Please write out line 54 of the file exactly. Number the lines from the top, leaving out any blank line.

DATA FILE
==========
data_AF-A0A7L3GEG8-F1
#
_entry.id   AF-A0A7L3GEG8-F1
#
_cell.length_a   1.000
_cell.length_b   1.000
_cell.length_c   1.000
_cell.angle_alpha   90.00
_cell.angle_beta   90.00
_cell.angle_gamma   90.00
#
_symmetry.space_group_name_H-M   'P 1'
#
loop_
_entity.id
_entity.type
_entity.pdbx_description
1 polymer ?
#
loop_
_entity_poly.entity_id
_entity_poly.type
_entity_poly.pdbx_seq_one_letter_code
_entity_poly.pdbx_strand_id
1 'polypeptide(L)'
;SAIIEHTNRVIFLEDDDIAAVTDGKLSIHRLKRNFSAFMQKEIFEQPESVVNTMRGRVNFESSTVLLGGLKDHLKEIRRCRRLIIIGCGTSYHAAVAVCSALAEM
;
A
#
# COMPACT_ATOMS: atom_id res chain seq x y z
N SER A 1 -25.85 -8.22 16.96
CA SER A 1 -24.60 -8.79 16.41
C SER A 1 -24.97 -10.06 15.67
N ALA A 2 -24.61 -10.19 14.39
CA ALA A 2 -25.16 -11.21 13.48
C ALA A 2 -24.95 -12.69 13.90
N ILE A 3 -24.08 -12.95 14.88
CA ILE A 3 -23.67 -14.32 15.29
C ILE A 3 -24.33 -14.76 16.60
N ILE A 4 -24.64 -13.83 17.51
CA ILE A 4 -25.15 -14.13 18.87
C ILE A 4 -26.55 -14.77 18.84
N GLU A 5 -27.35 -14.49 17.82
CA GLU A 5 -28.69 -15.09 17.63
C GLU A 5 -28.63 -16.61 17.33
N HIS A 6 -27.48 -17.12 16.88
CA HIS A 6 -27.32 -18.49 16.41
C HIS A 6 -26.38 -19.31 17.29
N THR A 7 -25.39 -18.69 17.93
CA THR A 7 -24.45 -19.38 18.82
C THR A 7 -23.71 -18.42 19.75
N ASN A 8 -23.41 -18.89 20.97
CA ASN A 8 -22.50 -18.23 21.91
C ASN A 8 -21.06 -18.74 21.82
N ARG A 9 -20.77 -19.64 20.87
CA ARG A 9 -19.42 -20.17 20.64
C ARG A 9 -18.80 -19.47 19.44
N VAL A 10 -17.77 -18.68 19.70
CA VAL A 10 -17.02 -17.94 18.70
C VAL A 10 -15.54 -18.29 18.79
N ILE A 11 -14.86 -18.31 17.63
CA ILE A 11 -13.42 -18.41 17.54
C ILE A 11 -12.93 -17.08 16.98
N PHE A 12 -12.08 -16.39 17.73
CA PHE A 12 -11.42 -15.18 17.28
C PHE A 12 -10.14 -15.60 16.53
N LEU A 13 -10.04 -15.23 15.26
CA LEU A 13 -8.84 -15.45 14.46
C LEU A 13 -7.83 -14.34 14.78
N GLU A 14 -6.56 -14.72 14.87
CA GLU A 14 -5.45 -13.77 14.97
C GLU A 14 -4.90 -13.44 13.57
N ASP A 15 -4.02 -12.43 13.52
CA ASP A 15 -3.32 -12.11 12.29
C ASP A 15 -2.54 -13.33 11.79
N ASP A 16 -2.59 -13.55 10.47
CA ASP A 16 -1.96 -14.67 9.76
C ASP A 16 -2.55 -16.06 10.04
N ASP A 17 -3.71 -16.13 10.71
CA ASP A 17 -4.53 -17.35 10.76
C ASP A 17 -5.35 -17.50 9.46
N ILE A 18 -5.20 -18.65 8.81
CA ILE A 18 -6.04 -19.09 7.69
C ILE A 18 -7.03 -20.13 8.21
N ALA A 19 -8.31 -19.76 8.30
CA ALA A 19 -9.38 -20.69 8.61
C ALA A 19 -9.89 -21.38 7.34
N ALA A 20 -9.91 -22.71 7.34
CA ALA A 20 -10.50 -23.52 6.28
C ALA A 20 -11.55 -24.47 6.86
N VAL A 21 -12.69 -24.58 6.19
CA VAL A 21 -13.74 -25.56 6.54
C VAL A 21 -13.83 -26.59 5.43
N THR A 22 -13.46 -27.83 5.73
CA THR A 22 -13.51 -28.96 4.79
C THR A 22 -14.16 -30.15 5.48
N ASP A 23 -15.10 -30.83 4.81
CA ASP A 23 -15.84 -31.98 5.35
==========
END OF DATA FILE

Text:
C ASN A 8 -21.06 -18.74 21.82